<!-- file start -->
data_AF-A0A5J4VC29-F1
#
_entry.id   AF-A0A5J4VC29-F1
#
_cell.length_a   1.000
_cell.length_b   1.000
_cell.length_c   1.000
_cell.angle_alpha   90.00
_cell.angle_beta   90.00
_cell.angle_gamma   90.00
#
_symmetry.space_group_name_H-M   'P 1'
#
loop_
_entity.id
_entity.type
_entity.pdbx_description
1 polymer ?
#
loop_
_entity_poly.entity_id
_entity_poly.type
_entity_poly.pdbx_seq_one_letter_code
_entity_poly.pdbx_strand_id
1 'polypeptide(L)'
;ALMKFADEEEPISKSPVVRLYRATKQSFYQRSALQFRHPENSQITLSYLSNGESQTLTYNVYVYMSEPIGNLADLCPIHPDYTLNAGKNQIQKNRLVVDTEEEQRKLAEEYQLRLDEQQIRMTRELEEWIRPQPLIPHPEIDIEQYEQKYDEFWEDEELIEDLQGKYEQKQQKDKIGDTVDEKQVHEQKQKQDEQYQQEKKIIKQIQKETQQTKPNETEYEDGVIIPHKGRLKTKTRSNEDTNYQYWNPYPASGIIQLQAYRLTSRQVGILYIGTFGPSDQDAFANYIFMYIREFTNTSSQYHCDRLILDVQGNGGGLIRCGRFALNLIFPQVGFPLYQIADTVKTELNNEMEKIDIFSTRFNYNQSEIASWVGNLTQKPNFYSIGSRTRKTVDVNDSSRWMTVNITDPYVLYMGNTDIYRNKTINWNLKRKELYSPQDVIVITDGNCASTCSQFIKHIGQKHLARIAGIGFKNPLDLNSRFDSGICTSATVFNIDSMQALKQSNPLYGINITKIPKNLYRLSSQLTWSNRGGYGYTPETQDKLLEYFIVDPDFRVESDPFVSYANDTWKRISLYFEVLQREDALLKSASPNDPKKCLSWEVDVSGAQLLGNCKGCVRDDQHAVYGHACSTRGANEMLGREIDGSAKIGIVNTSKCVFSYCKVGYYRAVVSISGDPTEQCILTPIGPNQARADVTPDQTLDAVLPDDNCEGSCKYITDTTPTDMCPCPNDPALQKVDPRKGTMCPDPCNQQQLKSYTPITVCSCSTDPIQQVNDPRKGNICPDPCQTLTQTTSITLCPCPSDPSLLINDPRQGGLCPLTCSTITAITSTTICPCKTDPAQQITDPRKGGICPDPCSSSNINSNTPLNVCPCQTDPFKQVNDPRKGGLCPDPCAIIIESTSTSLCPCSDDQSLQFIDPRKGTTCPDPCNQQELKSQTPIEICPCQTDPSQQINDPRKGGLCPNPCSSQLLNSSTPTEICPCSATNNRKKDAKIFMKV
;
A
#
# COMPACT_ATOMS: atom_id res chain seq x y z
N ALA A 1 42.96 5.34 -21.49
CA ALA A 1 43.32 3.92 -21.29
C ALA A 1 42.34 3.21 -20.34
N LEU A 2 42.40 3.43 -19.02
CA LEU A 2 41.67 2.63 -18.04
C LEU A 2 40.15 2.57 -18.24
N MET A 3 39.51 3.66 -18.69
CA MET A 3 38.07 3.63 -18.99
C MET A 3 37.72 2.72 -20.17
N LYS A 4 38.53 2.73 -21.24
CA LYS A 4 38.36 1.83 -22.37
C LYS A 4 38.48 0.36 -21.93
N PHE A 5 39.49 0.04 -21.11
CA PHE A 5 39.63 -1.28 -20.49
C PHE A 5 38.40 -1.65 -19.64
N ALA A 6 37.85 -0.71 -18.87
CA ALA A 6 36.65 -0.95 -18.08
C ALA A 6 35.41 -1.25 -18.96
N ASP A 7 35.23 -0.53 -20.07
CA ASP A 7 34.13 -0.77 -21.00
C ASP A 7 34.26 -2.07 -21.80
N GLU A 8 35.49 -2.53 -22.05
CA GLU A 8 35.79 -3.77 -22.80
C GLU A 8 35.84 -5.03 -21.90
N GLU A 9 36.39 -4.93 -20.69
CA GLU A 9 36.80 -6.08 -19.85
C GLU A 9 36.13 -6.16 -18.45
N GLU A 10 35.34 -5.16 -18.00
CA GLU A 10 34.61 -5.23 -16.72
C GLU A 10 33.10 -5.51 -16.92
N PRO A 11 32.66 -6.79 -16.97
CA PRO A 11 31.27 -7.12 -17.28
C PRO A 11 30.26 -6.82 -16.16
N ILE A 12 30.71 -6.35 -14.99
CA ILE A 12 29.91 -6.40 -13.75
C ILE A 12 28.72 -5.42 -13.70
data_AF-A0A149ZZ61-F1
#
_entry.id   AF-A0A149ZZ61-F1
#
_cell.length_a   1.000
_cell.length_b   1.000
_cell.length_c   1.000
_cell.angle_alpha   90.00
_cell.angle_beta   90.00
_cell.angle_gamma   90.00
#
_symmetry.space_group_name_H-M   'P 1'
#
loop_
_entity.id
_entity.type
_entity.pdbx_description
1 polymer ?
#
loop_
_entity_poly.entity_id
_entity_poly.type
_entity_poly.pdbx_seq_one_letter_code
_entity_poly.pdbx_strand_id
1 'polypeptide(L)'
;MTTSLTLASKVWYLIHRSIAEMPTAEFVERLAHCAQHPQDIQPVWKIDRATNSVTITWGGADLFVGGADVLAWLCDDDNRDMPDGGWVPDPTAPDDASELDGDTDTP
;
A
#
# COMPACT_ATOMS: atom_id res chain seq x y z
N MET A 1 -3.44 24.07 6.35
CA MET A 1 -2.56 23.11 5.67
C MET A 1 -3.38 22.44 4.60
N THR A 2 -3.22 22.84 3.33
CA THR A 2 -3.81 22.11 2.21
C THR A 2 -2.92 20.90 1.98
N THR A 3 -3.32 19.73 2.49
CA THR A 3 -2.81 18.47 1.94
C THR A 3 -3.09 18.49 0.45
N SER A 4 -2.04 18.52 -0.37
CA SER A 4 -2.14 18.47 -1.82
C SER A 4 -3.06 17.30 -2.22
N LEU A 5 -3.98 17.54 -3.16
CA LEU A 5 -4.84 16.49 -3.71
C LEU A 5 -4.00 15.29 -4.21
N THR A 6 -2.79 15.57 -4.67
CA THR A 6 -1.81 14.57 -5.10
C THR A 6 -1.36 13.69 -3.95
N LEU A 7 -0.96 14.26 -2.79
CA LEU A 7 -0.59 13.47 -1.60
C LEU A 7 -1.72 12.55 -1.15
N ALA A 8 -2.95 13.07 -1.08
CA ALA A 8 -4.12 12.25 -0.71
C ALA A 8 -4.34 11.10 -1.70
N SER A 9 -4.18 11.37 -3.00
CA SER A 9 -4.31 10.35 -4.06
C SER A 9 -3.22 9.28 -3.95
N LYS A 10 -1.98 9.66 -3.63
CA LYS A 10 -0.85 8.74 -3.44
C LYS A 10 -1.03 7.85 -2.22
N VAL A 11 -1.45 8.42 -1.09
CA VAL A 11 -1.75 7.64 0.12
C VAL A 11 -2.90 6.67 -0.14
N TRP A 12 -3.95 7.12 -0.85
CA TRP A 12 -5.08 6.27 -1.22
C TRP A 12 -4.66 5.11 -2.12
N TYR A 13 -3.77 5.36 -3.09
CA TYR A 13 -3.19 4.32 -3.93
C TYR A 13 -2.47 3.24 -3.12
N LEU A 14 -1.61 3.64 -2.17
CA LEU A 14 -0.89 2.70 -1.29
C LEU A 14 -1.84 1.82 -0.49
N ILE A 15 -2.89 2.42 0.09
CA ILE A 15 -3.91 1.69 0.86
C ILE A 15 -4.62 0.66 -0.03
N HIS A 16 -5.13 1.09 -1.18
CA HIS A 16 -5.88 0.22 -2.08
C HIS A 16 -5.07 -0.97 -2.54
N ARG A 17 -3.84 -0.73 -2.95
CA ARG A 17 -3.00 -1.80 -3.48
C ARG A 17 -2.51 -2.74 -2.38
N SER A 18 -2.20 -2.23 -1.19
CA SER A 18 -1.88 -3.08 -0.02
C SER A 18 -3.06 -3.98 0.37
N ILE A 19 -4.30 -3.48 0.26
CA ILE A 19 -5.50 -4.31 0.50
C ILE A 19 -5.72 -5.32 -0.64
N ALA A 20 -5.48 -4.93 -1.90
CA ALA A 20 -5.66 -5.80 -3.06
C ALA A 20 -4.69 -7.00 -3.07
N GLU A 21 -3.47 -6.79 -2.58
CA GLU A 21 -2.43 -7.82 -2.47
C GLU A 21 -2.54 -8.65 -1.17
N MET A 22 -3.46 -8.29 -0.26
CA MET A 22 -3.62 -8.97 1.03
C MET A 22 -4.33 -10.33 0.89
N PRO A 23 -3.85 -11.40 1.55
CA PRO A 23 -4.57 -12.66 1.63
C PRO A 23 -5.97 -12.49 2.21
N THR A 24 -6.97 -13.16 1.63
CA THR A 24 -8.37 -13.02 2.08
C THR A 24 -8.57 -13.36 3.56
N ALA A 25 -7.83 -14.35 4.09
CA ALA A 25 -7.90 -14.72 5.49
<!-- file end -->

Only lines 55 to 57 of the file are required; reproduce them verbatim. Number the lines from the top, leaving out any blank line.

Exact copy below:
N GLU A 9 36.39 -4.93 -20.69
CA GLU A 9 36.80 -6.08 -19.85
C GLU A 9 36.13 -6.16 -18.45